David Byrne and Billy Bragg: How Well Are My Heroes Aging?

I used to get a lot of shit when I worked at Tower Records in Boston for liking Billy Bragg. Some of my co-workers would ridicule Mr. Bragg’s snotty British snarl on songs like “Help Save the Youth of America.” I had a few allies there, but for the most part, I was content to ambush people with Billy Bragg in the from Mermaid Avenue, his incredibly awesome recording of some lost Woody Guthrie lyrics (he did the album with Wilco and if you don’t own it, you’re missing one of the most amazing albums recorded in my lifetime, I shit you not). Every time I had Mermaid Avenue on in the store, someone would buy a copy.

Shortly before I left the East Coast (which was, sadly, shortly before Tower Records was wiped out), Billy Bragg reissued a bunch of his early stuff and put out a boxed set, which prompted me to wonder if a new Billy Bragg album wasn’t also in the works. Turns out it was and turns out it’s called Mr. Love and Justice and turns out it arrived earlier this year. It’s Billy Bragg’s least abrasive work to date, which might win him new fans and lose him some old ones. He’s at his most melodic and romantic on Mr. Love and Justice, which is to say he is at his most adult-contemporary.  The album is more about the love than the justice, which is not a criticism necessarily, but it does grind on one a bit to know that Billy Bragg posseses the razor-sharp wit we need here in 2008 to cut some of our more egregiously awful elected officials down to size but uses it only sparingly. But look: if Bragg spent 12 songs saying, “Man, the world is fucked up and the blame can be squarely laid upon corrupt leadership and apathetic citizenry,” you’d shoot yourself by the end of the set. Billy Bragg’s wide-eyed idealism is itself a romantic venture, so it only makes sense that he would ache for love as much as social change. Hence, the standout tracks on Mr. Love & Justice are, in descending order, “O Freedom,” (political – duh), “The Beach is Free” (political and romantic) and album opener “I Keep Faith” (romantic). The rest of the album is pretty good too – for those who long for the old days when Bragg was the only folk singer who eschewed the strummy acoustic vibe for the jangly solo electric guitar, you can check out the deluxe edition of Mr. Love and Justice which features “solo” versions of all the tracks, just the way Billy did it when he wasn’t looking for a new England.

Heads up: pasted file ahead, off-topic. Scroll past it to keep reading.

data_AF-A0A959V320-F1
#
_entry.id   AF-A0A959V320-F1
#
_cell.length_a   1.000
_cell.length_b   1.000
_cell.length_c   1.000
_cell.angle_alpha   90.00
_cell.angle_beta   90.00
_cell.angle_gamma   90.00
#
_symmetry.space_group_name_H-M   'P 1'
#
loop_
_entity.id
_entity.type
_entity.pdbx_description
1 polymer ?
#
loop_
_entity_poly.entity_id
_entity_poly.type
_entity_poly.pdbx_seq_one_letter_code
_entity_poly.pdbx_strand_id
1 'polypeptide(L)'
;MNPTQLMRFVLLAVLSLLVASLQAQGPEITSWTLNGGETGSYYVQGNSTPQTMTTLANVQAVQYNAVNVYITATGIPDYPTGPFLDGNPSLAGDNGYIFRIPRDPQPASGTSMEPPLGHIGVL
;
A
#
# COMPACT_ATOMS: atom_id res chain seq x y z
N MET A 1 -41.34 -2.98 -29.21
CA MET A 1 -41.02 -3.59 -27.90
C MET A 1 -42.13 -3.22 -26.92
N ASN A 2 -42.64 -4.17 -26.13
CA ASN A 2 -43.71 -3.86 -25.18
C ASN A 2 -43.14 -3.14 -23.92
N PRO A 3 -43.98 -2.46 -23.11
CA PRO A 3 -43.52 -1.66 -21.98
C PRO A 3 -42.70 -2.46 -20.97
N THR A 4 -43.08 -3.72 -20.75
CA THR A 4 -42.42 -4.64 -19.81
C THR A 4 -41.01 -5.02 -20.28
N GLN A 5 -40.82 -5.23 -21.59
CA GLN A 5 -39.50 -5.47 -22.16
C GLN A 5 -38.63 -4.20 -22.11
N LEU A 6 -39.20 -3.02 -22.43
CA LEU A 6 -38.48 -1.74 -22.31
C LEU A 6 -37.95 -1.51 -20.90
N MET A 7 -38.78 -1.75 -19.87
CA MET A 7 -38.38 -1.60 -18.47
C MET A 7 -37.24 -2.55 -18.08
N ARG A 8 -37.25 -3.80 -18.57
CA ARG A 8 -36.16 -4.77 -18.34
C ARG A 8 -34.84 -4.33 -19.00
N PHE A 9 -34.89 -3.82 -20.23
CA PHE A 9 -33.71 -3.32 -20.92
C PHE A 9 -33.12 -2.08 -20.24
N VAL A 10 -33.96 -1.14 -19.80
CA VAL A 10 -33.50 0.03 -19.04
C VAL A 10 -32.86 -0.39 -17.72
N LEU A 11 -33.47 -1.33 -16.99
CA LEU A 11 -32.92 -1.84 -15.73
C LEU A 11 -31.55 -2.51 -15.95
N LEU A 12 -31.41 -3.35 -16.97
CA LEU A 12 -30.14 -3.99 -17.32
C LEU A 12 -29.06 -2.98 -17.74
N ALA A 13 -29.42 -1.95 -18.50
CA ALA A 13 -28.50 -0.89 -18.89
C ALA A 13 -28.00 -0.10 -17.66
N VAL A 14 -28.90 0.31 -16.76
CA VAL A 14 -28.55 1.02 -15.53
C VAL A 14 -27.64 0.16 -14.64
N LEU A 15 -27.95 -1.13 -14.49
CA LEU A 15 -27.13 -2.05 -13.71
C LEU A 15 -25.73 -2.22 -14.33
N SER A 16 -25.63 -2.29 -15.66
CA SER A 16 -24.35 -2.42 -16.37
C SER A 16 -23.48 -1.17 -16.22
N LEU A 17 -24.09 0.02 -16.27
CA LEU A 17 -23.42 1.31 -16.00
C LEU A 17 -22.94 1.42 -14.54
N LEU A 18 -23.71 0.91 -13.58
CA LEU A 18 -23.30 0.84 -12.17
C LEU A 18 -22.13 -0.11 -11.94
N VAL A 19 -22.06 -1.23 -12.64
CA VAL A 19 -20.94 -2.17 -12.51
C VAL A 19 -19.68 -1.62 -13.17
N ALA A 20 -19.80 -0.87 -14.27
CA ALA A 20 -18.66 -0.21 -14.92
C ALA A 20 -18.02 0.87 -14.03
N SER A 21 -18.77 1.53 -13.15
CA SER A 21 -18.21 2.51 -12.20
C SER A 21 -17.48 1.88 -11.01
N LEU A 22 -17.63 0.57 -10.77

Yeah, Mr. Love and Justice is Billy Bragg’s most FM-Radio album ever, but that’s not really hanging the sellout tag on him; you’re still not gonna see him on the red carpet at the fucking VMA’s. Dude’s still on solid ideological ground and, after three decades of fighting the good fight, I’ll give him a little break to wax romantic. It still beats the shit out of whatever Springsteen is doing now and Billy Bragg has aged better by far than, say, Eric Clapton. The important question here is: who’s gonna pick up the mantle when Billy Bragg is (god forbid) gone? There is one other ex-military Brit singer, but he’s James Fucking Blunt and that guy is not ever (ever!) gonna sing a song that would rock the Grey’s Anatomy soundtrack boat. So who’s left? Bloc Party might walk a similar path, so long as they can avoid another Weekend in the City (look for a review of Intimacy later this week).

David Byrne, one of the other great oddballs of all time, is back this year too, with another Brian Eno collaboration called Everything That Happens Will Happen Today. It’s like a gospel album for agnostics (how many gospel albums do you own that mention “when the angel fucks the whore”? Go on and count ’em up. I’ll wait. Oh? You don’t have any? Odd.); it’s hopeful but not entirely innocent, melodic but not cloyingly grandiose. Byrne’s voice is a multi-faceted instrument and he uses it to great effect on Everything That Happens, keeping the overwhelmingly positive outlook of most of the lyrics from coming off like the score from a Disney flick.

The album opens with “Home,” which lets you know exactly what you’re in for: lots of harmonies, lilting instruments in the background, and Byrne waxing optimistic and world-weary within the same line: “Home/ with the neighbors fighting/ Home/ always so exciting”. You get the sense that Bryne doesn’t wish he was homeward bound quite as enthusiastically as Simon and Garfunkel did, but he’s still glad to be going.

Like Billy Bragg’s Mr. Love and Justice, Everything That Happens Will Happen Today can skirt the line of adult-contemporary radio rock, but its players (Eno’s music, for which Byrne wrote and performed the lyrics) usually hold it to the correct side of that line. Everything That Happens does feature some slow tunes that, at first listen, can sound awful similar, but Misters Eno and Byrne deliver them with an impressively earnest beauty for two guys who’ve been around as long as they have and, upon repeated listening, they kinda wash over you like a Gavin Bryars record.

Neither album is apt to make my best of 2008 list, but they’ve got some great songs between the pair of them that show an ability to age gracefully. Neither album feels like a last gasp before dying by either Byrne or Bragg – in fact, both albums feel like a new breath of life for each artist. Here’s hoping Bragg knocks one out of the park on his next outing, though I won’t suffer a McCain presidency to inspire it.


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